Eight men who might have been president.
Everybody knows that there were two sons of presidents who became president themselves. John Quincy Adams, son of our second president, John Adams, was elected the sixth president of the United States. And George W. Bush, who was the son of George Herbert Walker Bush, was elected the 43rd president. But there were many others who thought about it and eight who either declared or were promoted for the position or were highly expected to run.
Charles Francis Adams was the son and grandson of presidents and might have become one himself. He was fluent in several languages, graduated from Harvard at age seventeen and was elected to the House of Representatives. As Ambassador to the Court of St. James during the American Civil War he is credited with many for keeping England from supporting the Confederacy.
Many said he was a better lawyer, businessman and politician than his father. But when “Prince John” as he was called, was elected to the House of Representatives he kept fighting his fathers old battles.
After the assassination of Abraham Lincoln, his eldest son, Robert Todd Lincoln rose to prominence in America. After graduating from law school, every major corporation looked to his services and many offered him positions on their board of directors. Within decades he became one of the richest men in America and was a cabinet officer and an ambassador. Heads of State who visited America, often stopped to call on Mr. Lincoln as well. But many were concerned that his political rise was unhealthy. At one point, no less than Joseph Pulitzer, himself, railed against the possible presidency of Mr. Lincoln “simply because he is the son of a president.”
Jesse Grant, son of President Ulysses S. Grant, joined his mom and dad on their famous round the world trip during their retirement years. Jesse fell in love with the lavish lifestyle foreign potentates showered on the son of a former head of state and succumbed to their flattery. Failing to understand how American elections worked, and living in cultures where power rested in a few families, many foreign leaders anticipated that Jesse Grant, himself, would one day be an American president. It all apparently went to Jesse’s head. He eventually returned to America and announced he was running for president but the press and the public largely ignored him and his campaign fizzled.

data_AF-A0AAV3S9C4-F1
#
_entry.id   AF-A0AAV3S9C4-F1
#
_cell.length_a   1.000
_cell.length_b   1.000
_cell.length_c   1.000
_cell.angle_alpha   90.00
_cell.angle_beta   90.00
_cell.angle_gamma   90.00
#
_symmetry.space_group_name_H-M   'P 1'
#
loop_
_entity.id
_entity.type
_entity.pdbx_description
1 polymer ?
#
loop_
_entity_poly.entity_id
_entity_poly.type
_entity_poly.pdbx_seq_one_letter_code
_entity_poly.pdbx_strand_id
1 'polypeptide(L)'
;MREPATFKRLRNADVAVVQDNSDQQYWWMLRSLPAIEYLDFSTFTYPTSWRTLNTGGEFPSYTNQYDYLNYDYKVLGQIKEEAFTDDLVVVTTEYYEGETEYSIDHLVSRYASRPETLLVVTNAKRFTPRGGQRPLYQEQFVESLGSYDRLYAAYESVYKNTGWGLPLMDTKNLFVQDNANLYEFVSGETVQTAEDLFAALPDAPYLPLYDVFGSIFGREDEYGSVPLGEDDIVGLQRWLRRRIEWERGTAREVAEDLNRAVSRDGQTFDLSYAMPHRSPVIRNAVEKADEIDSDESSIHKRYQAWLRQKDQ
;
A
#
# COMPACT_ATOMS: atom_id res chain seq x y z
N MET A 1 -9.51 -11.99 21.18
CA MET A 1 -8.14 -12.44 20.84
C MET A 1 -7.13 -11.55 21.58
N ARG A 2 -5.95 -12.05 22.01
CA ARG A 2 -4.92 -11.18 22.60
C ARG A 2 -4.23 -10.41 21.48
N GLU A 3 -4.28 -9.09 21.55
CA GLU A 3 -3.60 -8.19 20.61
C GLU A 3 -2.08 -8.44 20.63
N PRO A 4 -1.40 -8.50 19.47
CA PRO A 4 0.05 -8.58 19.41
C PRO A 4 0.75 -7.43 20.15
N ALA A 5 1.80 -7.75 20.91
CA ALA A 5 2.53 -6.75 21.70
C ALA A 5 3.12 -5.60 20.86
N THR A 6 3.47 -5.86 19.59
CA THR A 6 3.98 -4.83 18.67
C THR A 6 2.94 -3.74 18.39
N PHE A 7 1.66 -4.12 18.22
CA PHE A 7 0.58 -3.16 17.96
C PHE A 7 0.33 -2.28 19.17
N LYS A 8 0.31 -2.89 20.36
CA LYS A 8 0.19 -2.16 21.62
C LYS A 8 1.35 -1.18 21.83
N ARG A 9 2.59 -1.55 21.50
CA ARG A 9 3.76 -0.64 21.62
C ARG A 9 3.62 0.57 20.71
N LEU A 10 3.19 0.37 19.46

Theodore Roosevelt, Jr. was on the fast track to the presidency. His father had been appointed Assistant Secretary of the Navy on his way to the White House, and so had his cousin Franklin D. Roosevelt. So when TR, Jr. received the same appointment many expected the pattern to be repeated. But fate did not comply. Ted served as governor of Puerto Rico and the Philippines. He was a hero in World War II but recent disclosures show a jealous FDR restricted his press coverage. TR, Jr. was the only General to land with his own troops on the first wave, on the first day of the Normandy D Day invasion during World War Two. He died shortly afterward and was awarded the Medal of Honor in absentia.
Senator Robert Taft, son of President William Howard Taft, is considered by many to have been one of the top five greatest lawmakers in American history. He ran for president three times and very nearly won the Republican nomination in 1952.
John Sheldon Doud Eisenhower, son of President Dwight Eisenhower, is one of America’s greatest military historians. He served as U. S. ambassador to Belgium in the Nixon administration. In the 1960’s, the Democratic National Committee commissioned a private poll which showed John Eisenhower as their most formidable Republican opponent for president, beating out both Barry Goldwater and Nelson Rockefeller but Eisenhower was not tempted. He is in retirement and is the oldest living child of a president.
Many observers believed that JFK, Jr., son of John F. Kennedy, had the best chance to retrace his father’s steps and win back the White House for a Kennedy family member. Kennedy never traded on those expectations and wisely kept his own counsel about any political ambitions. His sister made a brief appearance in public life, jockeying for appointment to the Senate. It did not go well. JFK, Jr. died in a plane crash in 1999. He was 38 years old.
Caroline Kennedy’s public moment